It’s often easy for today’s market researcher to forget the value of human connection. With the rise of the Internet, and social media especially, researchers (and the businesses that hire them) can be lured into thinking that digital engagement is a suitable substitute for personal interaction. But quality market research focuses on a range of data from a range of sources. Focus groups can be great ways to garner meaningful and applicable qualitative information directly from the source – the consumer. Discussing products, trends and impressions face-to-face with those people most impacted by your business will enable you to make better decisions, thereby improving your bottom line. It’s important, then, to make sure you’re following focus group best practices when recruiting your next focus group; take a look at our top four guiding principles:
“If You Fail to Plan, You are Planning to Fail” – Benjamin Franklin
It should go without saying – but just in case, we’ll say it again – You can’t research anything without first having a plan. Specifically, you need to start with a question. Pick one before you start recruiting your focus group participants. Do you need to know why someone would buy your product or service? Do you want help determining how to improve customer service? Whatever it is, you need a firm grasp on what you’re trying to uncover before you can begin to pick the people you want to help you with it. For example, if you’re wondering why people aren’t using your goods, recruiting current consumers for their opinions isn’t going to tell you much.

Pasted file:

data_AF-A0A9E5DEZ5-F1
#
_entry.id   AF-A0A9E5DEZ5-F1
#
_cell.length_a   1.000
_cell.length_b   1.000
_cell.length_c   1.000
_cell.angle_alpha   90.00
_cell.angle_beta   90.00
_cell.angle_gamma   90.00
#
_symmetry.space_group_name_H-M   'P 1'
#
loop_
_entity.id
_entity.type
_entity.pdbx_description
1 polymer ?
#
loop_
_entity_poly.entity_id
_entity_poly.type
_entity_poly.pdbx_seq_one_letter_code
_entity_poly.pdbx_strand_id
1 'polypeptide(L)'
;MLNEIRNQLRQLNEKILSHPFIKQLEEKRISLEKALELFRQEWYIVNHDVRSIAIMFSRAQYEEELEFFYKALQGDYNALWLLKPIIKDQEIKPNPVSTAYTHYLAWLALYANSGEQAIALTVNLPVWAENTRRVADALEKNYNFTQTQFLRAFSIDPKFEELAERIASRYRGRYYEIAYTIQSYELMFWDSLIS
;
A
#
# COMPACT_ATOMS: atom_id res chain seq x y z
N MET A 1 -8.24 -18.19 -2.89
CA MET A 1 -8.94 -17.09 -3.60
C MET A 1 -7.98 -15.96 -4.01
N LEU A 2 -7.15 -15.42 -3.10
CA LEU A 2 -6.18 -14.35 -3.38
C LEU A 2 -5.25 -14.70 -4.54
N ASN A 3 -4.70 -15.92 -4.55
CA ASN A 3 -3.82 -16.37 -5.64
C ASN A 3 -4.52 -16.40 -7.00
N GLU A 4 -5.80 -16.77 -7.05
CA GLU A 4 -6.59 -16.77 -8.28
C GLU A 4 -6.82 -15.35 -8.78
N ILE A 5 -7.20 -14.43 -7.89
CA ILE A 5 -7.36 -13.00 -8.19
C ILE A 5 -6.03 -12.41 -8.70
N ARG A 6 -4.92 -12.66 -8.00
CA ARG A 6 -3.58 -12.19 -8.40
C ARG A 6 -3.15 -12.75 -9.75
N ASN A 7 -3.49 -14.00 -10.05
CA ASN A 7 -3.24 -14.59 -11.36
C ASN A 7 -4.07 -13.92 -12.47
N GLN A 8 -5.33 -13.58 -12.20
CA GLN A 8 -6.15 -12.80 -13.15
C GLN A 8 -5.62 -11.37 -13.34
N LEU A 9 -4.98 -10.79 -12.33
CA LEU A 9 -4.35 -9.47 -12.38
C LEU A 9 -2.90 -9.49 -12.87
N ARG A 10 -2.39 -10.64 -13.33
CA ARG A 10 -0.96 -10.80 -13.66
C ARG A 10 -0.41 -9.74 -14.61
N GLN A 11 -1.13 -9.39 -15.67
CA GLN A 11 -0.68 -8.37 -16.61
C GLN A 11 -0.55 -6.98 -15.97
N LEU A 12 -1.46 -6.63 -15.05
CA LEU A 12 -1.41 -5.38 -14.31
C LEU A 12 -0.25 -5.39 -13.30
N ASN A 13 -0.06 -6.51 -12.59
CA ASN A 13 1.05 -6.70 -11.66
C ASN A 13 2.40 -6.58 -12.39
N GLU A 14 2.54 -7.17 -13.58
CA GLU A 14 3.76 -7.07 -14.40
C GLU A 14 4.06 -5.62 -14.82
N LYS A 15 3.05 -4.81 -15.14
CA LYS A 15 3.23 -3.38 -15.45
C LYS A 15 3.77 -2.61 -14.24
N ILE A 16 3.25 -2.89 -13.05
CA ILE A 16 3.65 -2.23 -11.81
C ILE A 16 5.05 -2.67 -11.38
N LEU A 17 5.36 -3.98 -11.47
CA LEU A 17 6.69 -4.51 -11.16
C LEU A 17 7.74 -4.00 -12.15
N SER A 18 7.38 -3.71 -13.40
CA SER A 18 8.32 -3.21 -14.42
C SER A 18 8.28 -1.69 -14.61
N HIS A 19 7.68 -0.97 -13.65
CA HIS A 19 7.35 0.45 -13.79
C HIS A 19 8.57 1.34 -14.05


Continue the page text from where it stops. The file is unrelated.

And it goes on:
You will also need a plan for communicating with your focus group once you organize it. No one appreciates being asked to do something only to discover that they have been misinformed or, worse, that they are being neglected. Make sure you know how and when you will be contacting your recruits so that they understand the full extent of the project.
Less is More
Focus group best practices dictate 8 to 12 people for ideal discussion. Less really is more. Just make sure you don’t have too small of a group. Too many opinions confuse the issue, while too few offer limited scope.
Choose Quality Over Quantity
Similar to the above practice, choosing the right respondents over the amount of them should be your goal. Develop a qualifying questionnaire to help you screen potential focus group participants based on topic knowledge, past focus group experience or specific demographics. This ensures that your resultant focus group accurately represents those best suited to talk about your product or service.
Finally, a small gift can go a long way in making someone feel valued. Cash incentives or other rewards for participation show your appreciation for your focus group’s time, effort and experience. It makes your participants feel valued. And feeling valued can mean each person is more likely to be an engaged and motivated participant in your research project.
Ben Franklin knew that a good plan is the first step to avoiding failure. We do, too. Communications for Research has 20 years experience in the market research industry. Contact us to learn how we can help you plan for and recruit your next focus group!